Artificial intelligence developed at the University of Agder is now being used to review 29,000 scientific papers on COVID-19. The goal is to create a knowledge base for health professionals.
“We are pleased that our technology can help prevent the spread of the coronavirus. Our technology can process large amounts of data and quickly create an overview of a great deal of information”, says Ole-Christoffer Granmo, professor of artificial intelligence at the Department of Information and Communication Technology at the University of Agder (UiA).
Granmo is director of the Centre for Artificial Intelligence Research (CAIR) and founder and owner of the company Anzyz Technologies in Grimstad. Anzyz Technologies owns the technology that is now being used and has been commissioned to develop the service.
The technology of Anzyz Technologies can teach a computer to understand different languages and quickly read through 29,000 scholarly articles on coronavirus.
“In a matter of days, our machine will have insight into and overview of a specialist topic - in this case, the coronavirus”, Granmo says.
The aim is to provide health professionals with a knowledge base where they can find an overview of symptoms and map the risk different patient groups have of being infected. There is a great need for help to determine if someone is infected with coronavirus or not.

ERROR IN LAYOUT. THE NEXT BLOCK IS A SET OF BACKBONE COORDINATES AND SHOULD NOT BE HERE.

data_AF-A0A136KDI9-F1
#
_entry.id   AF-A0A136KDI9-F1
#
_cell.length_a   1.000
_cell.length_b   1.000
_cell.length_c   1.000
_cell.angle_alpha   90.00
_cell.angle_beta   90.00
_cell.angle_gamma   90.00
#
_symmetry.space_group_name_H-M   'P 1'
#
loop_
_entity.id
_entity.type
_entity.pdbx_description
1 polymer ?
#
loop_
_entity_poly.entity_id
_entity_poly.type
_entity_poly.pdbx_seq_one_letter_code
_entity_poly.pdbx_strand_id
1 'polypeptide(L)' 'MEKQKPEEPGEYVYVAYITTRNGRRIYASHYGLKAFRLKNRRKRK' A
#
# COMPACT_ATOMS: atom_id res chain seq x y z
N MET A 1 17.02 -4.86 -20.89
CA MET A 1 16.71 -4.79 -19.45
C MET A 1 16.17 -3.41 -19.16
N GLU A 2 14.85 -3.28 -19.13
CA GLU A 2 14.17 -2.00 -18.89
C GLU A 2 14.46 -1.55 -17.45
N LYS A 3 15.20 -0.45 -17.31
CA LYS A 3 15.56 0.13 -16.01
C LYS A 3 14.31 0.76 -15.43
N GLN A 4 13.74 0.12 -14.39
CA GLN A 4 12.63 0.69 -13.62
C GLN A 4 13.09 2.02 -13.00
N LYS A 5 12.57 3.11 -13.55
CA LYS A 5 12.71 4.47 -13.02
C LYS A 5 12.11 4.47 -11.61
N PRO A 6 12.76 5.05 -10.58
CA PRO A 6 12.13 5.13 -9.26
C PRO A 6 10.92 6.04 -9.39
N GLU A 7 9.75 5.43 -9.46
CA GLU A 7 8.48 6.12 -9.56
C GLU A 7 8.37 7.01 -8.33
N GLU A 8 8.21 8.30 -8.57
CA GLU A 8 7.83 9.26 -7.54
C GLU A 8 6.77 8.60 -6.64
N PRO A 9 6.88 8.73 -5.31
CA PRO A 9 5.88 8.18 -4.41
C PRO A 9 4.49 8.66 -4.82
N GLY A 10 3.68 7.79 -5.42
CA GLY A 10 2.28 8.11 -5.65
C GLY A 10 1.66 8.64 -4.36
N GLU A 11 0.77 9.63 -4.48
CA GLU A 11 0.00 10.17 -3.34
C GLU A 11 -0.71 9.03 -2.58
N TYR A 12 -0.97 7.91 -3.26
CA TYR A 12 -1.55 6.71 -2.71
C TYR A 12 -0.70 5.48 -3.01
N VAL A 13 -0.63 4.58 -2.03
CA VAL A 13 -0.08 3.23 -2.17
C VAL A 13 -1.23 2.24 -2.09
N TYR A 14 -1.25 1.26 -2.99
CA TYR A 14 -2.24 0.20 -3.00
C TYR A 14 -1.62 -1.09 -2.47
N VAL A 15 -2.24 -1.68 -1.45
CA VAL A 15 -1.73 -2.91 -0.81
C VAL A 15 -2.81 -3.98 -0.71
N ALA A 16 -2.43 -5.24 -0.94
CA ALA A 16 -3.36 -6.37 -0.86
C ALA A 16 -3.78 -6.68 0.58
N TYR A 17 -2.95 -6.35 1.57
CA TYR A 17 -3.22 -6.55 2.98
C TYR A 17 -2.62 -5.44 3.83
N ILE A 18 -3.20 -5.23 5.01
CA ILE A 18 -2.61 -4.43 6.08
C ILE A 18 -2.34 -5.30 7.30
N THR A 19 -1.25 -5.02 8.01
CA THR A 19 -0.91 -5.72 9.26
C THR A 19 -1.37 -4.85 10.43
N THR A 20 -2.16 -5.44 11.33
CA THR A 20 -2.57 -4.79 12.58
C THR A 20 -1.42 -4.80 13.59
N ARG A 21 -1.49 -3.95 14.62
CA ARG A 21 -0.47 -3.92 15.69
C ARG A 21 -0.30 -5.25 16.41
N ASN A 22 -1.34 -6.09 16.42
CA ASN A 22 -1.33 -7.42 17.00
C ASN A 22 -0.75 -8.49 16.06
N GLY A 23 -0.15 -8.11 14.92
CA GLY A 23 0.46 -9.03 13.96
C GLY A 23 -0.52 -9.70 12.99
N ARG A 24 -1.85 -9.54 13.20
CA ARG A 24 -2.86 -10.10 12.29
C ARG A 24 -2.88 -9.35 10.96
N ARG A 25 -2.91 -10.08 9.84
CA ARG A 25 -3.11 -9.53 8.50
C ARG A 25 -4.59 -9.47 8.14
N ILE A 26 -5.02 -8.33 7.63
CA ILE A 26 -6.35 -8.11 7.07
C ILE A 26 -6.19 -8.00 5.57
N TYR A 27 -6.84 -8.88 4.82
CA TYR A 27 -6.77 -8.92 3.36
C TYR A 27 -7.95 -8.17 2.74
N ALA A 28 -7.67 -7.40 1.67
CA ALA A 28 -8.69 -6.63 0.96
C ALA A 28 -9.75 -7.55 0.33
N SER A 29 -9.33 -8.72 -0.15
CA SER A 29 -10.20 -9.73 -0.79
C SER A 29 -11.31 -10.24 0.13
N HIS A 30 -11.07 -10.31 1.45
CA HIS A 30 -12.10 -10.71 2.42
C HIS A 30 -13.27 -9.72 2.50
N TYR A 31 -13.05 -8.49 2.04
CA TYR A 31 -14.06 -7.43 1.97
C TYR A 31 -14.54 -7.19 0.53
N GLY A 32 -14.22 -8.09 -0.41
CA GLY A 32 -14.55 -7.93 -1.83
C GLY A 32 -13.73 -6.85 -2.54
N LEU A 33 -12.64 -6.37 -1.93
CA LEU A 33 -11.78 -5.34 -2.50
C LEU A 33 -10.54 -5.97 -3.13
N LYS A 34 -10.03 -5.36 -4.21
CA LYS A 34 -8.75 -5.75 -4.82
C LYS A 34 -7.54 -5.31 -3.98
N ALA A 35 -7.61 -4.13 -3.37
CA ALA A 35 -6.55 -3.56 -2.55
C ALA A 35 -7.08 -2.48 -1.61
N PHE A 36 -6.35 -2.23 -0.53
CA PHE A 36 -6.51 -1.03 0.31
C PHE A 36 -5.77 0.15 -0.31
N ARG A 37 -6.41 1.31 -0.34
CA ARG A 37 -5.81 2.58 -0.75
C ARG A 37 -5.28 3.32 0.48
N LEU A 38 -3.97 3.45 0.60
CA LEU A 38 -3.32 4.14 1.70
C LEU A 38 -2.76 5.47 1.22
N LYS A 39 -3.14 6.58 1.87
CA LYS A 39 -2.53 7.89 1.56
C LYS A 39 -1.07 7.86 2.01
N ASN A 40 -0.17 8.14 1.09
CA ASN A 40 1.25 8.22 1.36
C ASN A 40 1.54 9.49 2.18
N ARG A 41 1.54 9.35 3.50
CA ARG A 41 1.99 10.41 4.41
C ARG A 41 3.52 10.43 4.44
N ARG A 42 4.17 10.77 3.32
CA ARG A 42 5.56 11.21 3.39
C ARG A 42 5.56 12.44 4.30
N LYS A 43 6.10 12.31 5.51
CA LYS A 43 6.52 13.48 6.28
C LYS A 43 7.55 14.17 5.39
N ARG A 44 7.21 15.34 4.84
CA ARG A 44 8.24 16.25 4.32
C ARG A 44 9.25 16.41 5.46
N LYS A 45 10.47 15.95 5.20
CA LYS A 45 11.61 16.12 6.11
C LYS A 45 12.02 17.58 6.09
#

Granmo explains that it is challenging for healthcare professionals to get an overview of all the symptoms and risks of COVID-19. A lot of research on this is being done, and so far there are 29,000 articles about the virus.
Anzyz Technologies has previously collaborated on research with the Hospital of Southern Norway (SSHF), where they together developed a clinical diagnosis system for doctors. The technology was used to find out if a patient had a drug allergy in connection with surgery.
“Now we use the same technology to read through the articles on COVID-19. In the project with SSHF, the artificial intelligence technology and our machine learned the medical terminology. The technology still remembers this, and that makes the work faster this time”, says Granmo.
In collaboration with hospitals in Norway and Microsoft, the first prototype is now complete.
“Now it comes down to making it as good as possible in the most efficient way. Fortunately, the response and the cooperation of the hospitals has been very good”, he says.